Oneida Tribe develops politically and economically

The Oneida Tribe of Indians in Wisconsin is facing a markedly different political and economic landscape. For example, an industrial park that was built decades ago with the hope of attracting tenants now houses retail giants like Wal-Mart and Festival Foods along with several tribally owned businesses.

The Tribe operates far more programs and several business corporations and have larger budgets and 3,000 employees than it did in the recent past.

This month is the 172nd anniversary of the 1838 treaty with the Menominee Tribe of Indians that established the boundaries of the Oneida reservation and marked its move from its ancestral homes in New York.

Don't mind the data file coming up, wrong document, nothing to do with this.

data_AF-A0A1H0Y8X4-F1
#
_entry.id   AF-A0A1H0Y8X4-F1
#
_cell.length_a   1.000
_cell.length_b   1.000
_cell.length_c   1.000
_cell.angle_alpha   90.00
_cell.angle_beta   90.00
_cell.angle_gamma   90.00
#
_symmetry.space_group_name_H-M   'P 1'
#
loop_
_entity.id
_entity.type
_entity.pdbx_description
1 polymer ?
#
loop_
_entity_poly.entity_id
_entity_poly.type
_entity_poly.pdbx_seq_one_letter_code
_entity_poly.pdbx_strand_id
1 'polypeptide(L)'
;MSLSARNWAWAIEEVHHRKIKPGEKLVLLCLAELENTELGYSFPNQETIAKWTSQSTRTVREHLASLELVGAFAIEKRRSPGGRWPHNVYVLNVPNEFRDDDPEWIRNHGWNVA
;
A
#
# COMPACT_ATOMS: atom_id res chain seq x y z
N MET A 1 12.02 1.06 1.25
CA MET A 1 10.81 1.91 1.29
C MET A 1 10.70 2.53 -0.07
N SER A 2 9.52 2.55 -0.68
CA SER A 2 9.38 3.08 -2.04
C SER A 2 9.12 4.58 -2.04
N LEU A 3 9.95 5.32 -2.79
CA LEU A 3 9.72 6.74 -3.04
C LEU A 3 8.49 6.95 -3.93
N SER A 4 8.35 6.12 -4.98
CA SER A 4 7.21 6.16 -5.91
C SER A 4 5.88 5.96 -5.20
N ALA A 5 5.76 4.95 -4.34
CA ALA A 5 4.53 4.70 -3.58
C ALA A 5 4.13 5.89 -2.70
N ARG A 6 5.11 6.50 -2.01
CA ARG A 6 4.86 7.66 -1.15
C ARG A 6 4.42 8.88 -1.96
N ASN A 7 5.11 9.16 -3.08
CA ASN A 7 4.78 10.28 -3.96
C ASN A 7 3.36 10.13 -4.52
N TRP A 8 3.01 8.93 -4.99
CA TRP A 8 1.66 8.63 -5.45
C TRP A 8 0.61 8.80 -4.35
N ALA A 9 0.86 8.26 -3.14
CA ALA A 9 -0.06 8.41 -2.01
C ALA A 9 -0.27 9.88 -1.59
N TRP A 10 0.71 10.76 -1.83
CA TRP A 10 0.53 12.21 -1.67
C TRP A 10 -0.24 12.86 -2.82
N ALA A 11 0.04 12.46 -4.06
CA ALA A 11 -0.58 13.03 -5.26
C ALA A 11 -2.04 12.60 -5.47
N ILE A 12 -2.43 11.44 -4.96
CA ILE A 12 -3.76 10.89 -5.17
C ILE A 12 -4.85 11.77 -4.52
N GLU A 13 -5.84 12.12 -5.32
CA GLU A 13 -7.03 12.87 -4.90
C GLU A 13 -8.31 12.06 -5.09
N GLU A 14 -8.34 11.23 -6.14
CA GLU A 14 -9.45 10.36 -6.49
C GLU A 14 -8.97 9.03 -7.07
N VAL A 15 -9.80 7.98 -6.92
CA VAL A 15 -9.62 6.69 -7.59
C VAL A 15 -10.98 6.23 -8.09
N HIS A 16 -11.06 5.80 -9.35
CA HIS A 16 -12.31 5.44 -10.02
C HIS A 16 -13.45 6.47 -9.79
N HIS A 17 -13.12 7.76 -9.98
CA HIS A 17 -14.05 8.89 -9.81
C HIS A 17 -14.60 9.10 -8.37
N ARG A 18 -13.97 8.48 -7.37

Federal policies in the following years dissected tribal lands and dislocated tribal citizens across the country for schooling and work. Today’s tribal government embraces that history as well as the challenge of governing in an increasingly sophisticated and diverse political and economic landscape that covers nearly 16,500 enrolled citizens.

There is much more to read in an article in today’s Greenbay PressGazette.

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